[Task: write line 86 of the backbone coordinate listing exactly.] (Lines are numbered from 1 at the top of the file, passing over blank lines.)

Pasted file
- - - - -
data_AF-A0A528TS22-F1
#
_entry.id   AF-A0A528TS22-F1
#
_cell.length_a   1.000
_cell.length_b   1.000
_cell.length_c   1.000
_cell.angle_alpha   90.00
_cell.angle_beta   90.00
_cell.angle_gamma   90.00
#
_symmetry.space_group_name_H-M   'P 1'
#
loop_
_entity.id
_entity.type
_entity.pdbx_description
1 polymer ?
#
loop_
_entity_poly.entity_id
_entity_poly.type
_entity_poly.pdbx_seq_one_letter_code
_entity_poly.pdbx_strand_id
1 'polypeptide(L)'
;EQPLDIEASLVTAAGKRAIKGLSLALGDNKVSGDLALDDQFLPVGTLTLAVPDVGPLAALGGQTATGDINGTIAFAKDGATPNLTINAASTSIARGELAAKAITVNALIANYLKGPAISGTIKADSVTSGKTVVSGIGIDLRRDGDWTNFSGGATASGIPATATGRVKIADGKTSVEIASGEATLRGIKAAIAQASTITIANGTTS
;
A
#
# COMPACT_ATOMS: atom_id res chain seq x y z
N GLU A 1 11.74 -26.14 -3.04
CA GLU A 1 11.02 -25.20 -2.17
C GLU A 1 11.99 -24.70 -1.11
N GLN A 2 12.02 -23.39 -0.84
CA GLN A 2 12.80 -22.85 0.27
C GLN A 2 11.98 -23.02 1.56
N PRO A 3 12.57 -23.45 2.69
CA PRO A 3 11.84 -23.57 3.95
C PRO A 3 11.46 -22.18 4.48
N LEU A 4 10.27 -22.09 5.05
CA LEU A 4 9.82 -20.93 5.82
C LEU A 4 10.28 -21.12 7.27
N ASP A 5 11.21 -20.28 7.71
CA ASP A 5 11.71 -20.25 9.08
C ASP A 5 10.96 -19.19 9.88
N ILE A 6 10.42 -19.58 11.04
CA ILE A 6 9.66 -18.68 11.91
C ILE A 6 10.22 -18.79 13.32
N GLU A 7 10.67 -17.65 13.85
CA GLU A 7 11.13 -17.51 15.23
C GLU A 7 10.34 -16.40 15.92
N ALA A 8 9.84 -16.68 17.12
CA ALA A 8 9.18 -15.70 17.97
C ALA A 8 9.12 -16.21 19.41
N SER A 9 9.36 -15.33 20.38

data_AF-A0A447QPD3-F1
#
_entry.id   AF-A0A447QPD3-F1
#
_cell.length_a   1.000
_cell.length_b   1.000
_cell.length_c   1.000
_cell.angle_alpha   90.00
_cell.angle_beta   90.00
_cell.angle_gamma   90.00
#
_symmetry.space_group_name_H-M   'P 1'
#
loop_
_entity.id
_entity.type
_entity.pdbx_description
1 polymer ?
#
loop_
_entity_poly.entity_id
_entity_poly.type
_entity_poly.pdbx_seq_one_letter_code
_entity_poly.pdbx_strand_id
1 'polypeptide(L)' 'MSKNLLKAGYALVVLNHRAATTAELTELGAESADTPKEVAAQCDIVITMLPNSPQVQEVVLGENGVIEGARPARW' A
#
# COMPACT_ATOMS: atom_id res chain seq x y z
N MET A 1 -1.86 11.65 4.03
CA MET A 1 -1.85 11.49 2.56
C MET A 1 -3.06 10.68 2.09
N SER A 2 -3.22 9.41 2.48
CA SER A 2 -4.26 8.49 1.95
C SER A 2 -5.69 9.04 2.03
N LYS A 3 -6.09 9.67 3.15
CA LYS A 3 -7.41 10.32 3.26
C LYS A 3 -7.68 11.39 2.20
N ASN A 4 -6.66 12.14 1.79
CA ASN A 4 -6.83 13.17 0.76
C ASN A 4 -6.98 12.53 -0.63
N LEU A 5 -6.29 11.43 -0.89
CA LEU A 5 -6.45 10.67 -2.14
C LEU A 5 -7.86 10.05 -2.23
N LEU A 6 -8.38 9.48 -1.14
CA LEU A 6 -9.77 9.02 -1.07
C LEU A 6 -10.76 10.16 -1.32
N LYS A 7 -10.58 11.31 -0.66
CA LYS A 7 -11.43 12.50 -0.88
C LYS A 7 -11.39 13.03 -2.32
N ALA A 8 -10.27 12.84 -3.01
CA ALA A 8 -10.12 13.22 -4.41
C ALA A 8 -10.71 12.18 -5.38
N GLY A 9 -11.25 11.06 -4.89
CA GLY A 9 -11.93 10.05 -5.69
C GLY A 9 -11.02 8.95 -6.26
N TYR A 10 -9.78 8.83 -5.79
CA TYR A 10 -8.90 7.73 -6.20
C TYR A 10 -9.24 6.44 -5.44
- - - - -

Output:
N SER A 2 -3.22 9.41 2.48